Young Americans are exploring the Koran to understand Palestinian “resilience” and express solidarity with Gaza, according to a recent essay in The Guardian US, which describes the recent trend among Western youth seeking to align religious texts with progressive values, with some seeing Islam’s holy book as an “anti-consumerist, anti-oppressive, and feminist” work.
While the piece describes some of the more modest motivations of the recent converts, it makes no mention of the radical messaging the very women mentioned have expressed online, Breitbart News has found.
The Monday article, penned by writer Alaina Demopoulos and titled “Young Americans are picking up the Qur’an ‘to understand the resilience of Muslim Palestinians,’” highlights a growing interest in empathizing with foreign cultures through religious texts, as part of a shift in perceptions of Islam.
Young Americans are picking up the Qur’an ‘to understand the resilience of Muslim Palestinians’ https://t.co/7yRrrl0VQy
— Guardian US (@GuardianUS) November 20, 2023
According to the essay, these youth “find themes that align with their values as they seek to ‘grow empathy’ for a religion long vilified in the west.”
One Chicago resident, Megan B. Rice, describes being influenced by the war in Gaza, which began October 7 when Hamas launched an attack that saw some 3,000 terrorists burst into Israel by land, sea, and air and gun down participants at an outdoor music festival while others went door to door hunting for Jewish men, women, and children in local towns who were then subject to torture, rape, execution, immolation, and kidnapping.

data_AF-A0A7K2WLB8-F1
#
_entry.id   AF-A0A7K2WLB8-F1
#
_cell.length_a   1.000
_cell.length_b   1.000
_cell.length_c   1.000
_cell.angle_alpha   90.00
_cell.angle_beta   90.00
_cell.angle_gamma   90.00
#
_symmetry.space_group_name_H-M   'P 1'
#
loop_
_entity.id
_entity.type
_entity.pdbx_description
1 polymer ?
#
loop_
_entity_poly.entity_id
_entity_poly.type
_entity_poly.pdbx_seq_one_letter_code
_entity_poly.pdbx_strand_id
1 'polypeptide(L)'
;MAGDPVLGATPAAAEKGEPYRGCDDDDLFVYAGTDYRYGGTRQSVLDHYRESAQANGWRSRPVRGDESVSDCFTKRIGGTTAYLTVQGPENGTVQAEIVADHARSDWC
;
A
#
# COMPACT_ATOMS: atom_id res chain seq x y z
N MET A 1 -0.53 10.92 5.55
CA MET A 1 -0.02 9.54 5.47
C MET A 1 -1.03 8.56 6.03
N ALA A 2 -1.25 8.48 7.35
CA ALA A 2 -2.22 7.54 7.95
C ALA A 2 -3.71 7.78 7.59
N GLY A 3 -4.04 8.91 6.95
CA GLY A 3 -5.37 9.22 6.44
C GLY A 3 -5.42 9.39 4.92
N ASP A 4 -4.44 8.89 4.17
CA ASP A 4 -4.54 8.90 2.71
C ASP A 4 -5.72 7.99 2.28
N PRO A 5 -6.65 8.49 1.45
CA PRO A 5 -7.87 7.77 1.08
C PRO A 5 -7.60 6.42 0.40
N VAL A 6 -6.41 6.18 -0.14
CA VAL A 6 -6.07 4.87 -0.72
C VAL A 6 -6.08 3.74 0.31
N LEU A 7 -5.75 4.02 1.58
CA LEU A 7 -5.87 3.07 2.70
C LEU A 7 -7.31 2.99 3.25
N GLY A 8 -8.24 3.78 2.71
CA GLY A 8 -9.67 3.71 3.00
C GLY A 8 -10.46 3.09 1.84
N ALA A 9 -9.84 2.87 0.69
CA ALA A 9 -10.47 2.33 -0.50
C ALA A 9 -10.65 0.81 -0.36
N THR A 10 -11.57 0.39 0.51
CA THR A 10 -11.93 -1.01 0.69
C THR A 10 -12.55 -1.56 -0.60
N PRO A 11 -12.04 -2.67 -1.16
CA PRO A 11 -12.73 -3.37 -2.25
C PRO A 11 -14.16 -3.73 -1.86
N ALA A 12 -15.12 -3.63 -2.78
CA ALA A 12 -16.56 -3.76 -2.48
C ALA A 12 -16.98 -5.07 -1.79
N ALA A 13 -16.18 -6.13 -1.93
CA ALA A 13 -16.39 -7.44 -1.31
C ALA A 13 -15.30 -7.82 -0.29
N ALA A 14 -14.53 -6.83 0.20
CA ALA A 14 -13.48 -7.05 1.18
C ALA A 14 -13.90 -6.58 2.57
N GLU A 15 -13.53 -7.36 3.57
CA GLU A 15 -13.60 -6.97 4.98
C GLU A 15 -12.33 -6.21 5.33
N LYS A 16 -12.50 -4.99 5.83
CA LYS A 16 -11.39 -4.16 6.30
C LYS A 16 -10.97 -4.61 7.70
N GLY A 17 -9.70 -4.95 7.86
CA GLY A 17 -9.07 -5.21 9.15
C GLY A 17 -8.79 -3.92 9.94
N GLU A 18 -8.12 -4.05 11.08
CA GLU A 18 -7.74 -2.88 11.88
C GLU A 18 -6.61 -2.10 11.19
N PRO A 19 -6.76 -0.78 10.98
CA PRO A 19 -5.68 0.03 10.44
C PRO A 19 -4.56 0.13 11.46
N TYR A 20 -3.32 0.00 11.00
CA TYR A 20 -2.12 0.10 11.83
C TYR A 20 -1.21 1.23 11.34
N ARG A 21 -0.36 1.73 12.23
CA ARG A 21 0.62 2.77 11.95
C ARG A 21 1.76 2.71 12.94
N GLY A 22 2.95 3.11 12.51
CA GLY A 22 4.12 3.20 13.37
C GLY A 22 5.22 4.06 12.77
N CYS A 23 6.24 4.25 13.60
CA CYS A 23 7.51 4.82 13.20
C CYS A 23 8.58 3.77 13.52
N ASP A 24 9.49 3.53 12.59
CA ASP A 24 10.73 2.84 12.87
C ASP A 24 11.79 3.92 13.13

The massacre, which drew parallels to scenes from the Nazi Holocaust, resulted in more than 1,200 dead inside the Jewish state, over 5,300 more wounded, and at least 241 hostages of all ages taken.
The vast majority of the victims are civilians and include dozens of American citizens.
“I wanted to talk about the faith of Palestinian people, how it’s so strong, and they still find room to make it a priority to thank God, even when they have everything taken away from them,” Rice is cited as having said in an interview.
Lacking a religious upbringing, she formed a “World Religion Book Club” on Discord, inviting individuals from diverse backgrounds to join her in studying Islam’s central text.
Her study of the Koran, initially for understanding, led to her full conversion to Islam within one month, finding it aligned with her “anti-consumerist, anti-oppressive, and feminist” beliefs.
“As a Black woman, I’m used to the American government spreading harmful stereotypes that lead to misconceptions that people outside of my community have on me,” Rice said. “I never believed the stereotypes that were spread about the Muslim community post-9/11, but it wasn’t until I started reading the Qur’an that I realized I sort of internalized those misconceptions, because I believed that Islam was a very severe or strict religion.”